Heart & Vascular Program
Risk Factors: Cholesterol and Triglycerides
High blood cholesterol and triglyceride levels increase the risk of developing heart disease. Research shows that lowering cholesterol and triglyceride levels can reduce the chance of developing heart disease, having recurrent heart attacks or blocking arteries.
Triglycerides are another fat in your blood that can increase the risk of heart disease. High triglycerides often arise with low cholesterol, diabetes or impaired glucose tolerance and being overweight, especially in the abdominal area. Triglyceride levels should be kept low if you have heart disease, peripheral vascular disease or diabetes.
If any of the following apply to you, ask your doctor to check your fasting lipid profile, which includes total cholesterol and triglyceride levels:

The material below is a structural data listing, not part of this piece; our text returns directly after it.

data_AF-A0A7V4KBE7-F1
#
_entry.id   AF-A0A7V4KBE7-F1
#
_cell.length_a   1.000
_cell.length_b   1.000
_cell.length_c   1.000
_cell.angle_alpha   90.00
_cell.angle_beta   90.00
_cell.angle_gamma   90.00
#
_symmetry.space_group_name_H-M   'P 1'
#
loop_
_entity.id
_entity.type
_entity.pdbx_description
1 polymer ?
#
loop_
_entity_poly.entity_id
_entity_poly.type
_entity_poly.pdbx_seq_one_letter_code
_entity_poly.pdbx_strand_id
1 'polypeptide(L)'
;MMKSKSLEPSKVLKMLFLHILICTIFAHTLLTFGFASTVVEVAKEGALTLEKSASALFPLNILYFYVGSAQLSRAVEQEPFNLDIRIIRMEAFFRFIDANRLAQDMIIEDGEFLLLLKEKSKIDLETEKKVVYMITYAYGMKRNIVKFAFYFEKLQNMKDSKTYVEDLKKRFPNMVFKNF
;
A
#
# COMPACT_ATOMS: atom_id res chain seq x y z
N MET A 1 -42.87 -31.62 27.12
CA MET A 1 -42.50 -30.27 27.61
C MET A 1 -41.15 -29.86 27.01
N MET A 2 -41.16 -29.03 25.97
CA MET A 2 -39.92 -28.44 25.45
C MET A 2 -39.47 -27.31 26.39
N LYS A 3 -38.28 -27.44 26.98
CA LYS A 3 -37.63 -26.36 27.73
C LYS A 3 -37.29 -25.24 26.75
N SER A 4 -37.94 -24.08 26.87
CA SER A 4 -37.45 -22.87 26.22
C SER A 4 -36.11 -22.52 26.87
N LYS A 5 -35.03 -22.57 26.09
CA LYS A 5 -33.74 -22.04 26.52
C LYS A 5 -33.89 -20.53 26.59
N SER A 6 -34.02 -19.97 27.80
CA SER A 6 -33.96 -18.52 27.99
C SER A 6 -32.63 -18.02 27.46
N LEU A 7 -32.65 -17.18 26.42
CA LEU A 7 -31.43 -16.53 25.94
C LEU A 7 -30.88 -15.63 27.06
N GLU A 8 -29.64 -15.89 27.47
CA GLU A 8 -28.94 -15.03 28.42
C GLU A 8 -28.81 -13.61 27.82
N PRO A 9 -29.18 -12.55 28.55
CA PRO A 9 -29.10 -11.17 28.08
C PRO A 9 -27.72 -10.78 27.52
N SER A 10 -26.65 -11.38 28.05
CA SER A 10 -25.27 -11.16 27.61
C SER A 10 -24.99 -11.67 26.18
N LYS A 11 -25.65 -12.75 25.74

- men over the age of 40
- women over the age of 50
- two or more other risk factors of heart disease
- history of heart disease, peripheral vascular disease, or stroke
- family history of heart disease
Conditions that may cause high cholesterol or triglyceride levels include:
- kidney disease
- excess alcohol
- certain medications
Cholesterol levels may be lowered during recent illness, weight loss, or a recent heart attack. These levels are not useful for treating high cholesterol and should be repeated at a later time.